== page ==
5 
 Thumb up
2.00
 tip
 Hide
  • [+] Dice rolls
Loading... | Locked Hide Show Unlock Lock Comment     View Previous {{limitCount(numprevitems_calculated,commentParams.showcount)}} 1 « Pg. {{commentParams.pageid}} » {{data.config.endpage}}
{{error.message}}
{{comment.error.message}}
    View More Comments {{limitCount(numnextitems_calculated,commentParams.showcount)}} / {{numnextitems_calculated}} 1 « Pg. {{commentParams.pageid}} » {{data.config.endpage}}
3. Board Game: The Hunger Games: Training Days [Average Rating:5.34 Overall Rank:17238]
Board Game: The Hunger Games: Training Days
Martin G
United Kingdom
Bristol
flag msg tools
badge
For a limited period only!
Avatar
Microbadge: Babylonia fanMicrobadge: Babylonia fanMicrobadge: Reiner Knizia freakMicrobadge: Babylonia fanMicrobadge: Babylonia fan
I read the new prequel to the Hunger Games aka President Snow: the Whiny Teenager Years or Fascist Dictator: the Origin Story.

I wouldn't recommend it.
7 
 Thumb up
2.00
 tip
 Hide
  • [+] Dice rolls
Loading... | Locked Hide Show Unlock Lock Comment     View Previous {{limitCount(numprevitems_calculated,commentParams.showcount)}} 1 « Pg. {{commentParams.pageid}} » {{data.config.endpage}}
{{error.message}}
{{comment.error.message}}
    View More Comments {{limitCount(numnextitems_calculated,commentParams.showcount)}} / {{numnextitems_calculated}} 1 « Pg. {{commentParams.pageid}} » {{data.config.endpage}}
4. Board Game: Dragon Slayer [Average Rating:5.62 Overall Rank:10125]
Board Game: Dragon Slayer
Kirk Groeneweg
United States
Clear Lake
Iowa
flag msg tools
Avatar
Microbadge: Viticulture fanMicrobadge: Glen More II: Chronicles fan - SceneryMicrobadge: Brew Crafters fanMicrobadge: Dogs fanMicrobadge: Wingspan fan
I finished a couple of books in July.

Haunted Mesa by Louis L'Amour - A paranormal investigator travels to the Southwest to investigate the disappearance of a friend. I really struggled with this one, took me a long time to finish it. I just didn't really get into the story. There are a lot of references to the Anasazi, and how they got to "this world". I just felt this one spent most of the book slowly setting things up and then throwing all the action and answers into a very short time at the end.

The Eyes of the Dragon by Stephen King - A fantasy type novel about a Prince accused of his father's murder. Not your typical King book. I enjoyed the storytelling in this one. It's all in the form of a person telling the story of the King, his sons, the magician, and the other people involved. I like the characters and how he pit them in the story. Enjoyable read.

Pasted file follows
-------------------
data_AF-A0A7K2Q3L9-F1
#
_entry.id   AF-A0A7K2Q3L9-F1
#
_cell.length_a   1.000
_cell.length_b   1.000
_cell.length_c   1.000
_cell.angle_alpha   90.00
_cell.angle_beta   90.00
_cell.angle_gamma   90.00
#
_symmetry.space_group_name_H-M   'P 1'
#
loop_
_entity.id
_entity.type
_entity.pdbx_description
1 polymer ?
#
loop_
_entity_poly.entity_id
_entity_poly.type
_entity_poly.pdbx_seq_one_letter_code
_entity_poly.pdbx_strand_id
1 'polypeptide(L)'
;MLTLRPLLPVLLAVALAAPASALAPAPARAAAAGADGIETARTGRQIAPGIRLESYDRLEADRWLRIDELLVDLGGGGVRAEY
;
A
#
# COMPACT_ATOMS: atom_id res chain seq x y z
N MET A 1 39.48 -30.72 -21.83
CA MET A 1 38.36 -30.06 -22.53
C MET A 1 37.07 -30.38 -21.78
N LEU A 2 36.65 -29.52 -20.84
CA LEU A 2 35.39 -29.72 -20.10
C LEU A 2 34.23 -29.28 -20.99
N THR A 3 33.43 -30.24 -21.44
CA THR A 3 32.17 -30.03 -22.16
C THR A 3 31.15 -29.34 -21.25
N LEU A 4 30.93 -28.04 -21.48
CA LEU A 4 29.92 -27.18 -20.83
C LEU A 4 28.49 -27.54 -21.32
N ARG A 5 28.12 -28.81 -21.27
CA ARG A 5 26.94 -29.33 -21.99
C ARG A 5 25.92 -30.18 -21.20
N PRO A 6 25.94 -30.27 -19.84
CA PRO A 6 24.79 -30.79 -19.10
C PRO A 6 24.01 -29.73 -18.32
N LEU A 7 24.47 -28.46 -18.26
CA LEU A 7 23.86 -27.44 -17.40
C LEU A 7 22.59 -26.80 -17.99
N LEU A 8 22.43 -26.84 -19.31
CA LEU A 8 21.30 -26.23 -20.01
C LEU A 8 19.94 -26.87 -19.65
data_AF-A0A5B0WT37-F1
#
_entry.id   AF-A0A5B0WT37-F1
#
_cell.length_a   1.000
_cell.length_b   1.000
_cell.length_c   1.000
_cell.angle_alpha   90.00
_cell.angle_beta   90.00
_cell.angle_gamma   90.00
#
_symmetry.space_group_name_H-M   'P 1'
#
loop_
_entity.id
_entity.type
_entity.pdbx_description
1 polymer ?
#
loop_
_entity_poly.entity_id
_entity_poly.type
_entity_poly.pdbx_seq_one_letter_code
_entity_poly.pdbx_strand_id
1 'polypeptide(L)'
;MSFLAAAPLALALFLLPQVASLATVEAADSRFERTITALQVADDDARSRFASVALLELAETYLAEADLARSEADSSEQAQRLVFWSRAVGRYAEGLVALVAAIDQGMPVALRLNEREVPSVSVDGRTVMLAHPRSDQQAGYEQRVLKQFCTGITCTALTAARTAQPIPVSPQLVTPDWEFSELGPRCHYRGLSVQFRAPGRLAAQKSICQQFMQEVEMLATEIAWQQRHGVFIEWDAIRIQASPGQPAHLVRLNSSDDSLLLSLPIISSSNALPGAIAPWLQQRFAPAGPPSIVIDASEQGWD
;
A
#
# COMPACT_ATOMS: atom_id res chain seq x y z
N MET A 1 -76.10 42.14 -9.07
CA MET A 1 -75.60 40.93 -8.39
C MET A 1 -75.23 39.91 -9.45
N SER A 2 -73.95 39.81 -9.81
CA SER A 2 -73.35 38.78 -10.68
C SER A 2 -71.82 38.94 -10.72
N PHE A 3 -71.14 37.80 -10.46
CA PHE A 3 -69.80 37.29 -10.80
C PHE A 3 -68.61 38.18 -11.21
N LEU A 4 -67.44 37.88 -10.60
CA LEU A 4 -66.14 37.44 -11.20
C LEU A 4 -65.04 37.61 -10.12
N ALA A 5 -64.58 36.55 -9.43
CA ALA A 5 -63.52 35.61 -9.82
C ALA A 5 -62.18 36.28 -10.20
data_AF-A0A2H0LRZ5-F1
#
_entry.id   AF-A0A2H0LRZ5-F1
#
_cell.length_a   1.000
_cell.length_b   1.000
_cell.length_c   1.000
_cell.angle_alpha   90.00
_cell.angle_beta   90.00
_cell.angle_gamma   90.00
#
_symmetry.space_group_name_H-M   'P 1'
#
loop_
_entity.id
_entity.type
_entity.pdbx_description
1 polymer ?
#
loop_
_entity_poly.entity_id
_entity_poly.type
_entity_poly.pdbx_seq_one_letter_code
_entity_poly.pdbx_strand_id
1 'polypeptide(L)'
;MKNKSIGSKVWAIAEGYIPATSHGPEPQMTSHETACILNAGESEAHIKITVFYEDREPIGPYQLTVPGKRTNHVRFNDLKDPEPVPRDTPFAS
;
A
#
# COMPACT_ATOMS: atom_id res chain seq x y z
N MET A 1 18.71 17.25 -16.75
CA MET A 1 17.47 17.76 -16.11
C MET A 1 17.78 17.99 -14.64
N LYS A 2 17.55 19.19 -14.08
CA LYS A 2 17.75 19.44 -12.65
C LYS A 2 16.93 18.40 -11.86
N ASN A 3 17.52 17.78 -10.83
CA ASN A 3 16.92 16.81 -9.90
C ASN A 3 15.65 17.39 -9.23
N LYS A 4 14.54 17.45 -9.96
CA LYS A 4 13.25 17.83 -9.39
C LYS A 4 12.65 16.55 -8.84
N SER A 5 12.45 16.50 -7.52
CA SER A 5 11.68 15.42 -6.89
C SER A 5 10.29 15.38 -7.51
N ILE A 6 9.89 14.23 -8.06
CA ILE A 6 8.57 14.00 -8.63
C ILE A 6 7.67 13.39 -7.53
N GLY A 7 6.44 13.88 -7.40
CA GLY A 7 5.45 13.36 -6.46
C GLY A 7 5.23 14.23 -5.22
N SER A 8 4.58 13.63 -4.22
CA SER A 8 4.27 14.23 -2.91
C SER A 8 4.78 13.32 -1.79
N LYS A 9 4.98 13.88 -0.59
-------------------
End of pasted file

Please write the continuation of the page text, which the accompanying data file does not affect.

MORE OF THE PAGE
7 
 Thumb up
2.00
 tip
 Hide
  • [+] Dice rolls
Loading... | Locked Hide Show Unlock Lock Comment     View Previous {{limitCount(numprevitems_calculated,commentParams.showcount)}} 1 « Pg. {{commentParams.pageid}} » {{data.config.endpage}}
{{error.message}}
{{comment.error.message}}
    View More Comments {{limitCount(numnextitems_calculated,commentParams.showcount)}} / {{numnextitems_calculated}} 1 « Pg. {{commentParams.pageid}} » {{data.config.endpage}}
5. Board Game: Stool Pigeon [Average Rating:8.12 Unranked]
Board Game: Stool Pigeon
Pete K
United States
Arizona
flag msg tools
badge
Avatar
Microbadge: Level 02 BGG posterMicrobadge: Chihuahua loverMicrobadge: Citizenship Recognition - Level I - One small step for geek... One giant leap for geek-kind!Microbadge: Power Grid fanMicrobadge: I love Hong Kong
Yet another quarantine month, meaning a lot more reading books than playing games.

Philip K. Dick (1928-1982)
When the movie Bladerunner finally made it onto Netflix, I was reminded of the large number of PKD novels in my re-read list.

Unfortunately, Vulcan's Hammer (1960) is one of the weakest PKD novels I've read; several familiar elements (killer robots, surveillance state, a creepily precocious child) are combined into a fast-moving story, but this time the parts really don't fit very well. I'm convinced that a perfectly fine novella was overworked in order to form half of an Ace double (this happened to a lot of works in late 1950s).


Frank Herbert (1920-1986)
He wrote the Dune series, of course. His non-Dune material can get unfairly written off these days, but there always seems to be copies of his books around. Soul Catcher is recommended.

The Lazarus Effect (1983) is the sequel to The Jesus Incident, continuing the collaboration between Herbert and the poet Bill Ransom. This volume enjoys an improved structure than TJI, doing a better job following through on plot threads and justifying the importance of its major characters. The tension between two post-colonial races, the hardscrabble mutant Islanders and the more sophisticated Mermen, is developed from multiple perspectives. However, there is one "elder statesman" whose existence seems to be for spouting the authors' political theories (giving Heinlein diehards have something to look forward to). I had my doubts about finishing the series, but it seems headed in right direction.